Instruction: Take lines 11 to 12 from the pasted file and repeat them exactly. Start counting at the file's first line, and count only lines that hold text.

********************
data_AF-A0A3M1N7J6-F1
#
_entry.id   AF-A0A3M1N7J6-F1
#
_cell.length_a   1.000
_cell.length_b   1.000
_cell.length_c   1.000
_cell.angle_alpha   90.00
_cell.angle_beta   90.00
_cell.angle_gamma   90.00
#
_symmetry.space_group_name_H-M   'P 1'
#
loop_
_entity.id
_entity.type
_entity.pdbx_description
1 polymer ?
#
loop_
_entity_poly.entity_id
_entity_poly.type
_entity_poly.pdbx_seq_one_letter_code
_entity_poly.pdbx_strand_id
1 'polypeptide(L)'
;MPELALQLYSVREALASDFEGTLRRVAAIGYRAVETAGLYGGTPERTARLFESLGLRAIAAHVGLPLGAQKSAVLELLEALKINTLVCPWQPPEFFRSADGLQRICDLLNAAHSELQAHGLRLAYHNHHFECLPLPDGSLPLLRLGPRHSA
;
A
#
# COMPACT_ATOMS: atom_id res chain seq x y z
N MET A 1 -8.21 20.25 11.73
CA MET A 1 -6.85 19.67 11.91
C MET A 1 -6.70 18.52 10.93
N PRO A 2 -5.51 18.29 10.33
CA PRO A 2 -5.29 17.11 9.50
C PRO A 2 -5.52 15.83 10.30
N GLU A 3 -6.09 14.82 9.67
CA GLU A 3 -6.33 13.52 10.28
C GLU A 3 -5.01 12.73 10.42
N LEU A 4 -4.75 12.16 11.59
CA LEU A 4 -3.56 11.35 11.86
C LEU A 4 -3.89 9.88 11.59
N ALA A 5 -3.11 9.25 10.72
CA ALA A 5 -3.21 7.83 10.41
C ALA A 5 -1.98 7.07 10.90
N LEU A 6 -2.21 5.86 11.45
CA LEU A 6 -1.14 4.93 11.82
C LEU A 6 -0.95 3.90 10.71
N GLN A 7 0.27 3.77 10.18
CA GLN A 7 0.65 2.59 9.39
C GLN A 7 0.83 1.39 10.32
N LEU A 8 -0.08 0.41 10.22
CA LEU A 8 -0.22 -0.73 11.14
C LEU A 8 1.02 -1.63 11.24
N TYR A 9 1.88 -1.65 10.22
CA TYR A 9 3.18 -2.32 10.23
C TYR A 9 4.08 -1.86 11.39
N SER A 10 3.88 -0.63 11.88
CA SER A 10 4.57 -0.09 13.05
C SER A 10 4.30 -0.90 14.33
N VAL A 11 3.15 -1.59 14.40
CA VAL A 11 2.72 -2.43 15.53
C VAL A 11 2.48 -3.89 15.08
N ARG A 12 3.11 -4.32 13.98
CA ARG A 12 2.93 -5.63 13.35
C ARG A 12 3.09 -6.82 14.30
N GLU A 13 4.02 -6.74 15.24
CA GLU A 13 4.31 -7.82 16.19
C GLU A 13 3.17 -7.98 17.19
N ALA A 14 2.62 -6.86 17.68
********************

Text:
#
_symmetry.space_group_name_H-M   'P 1'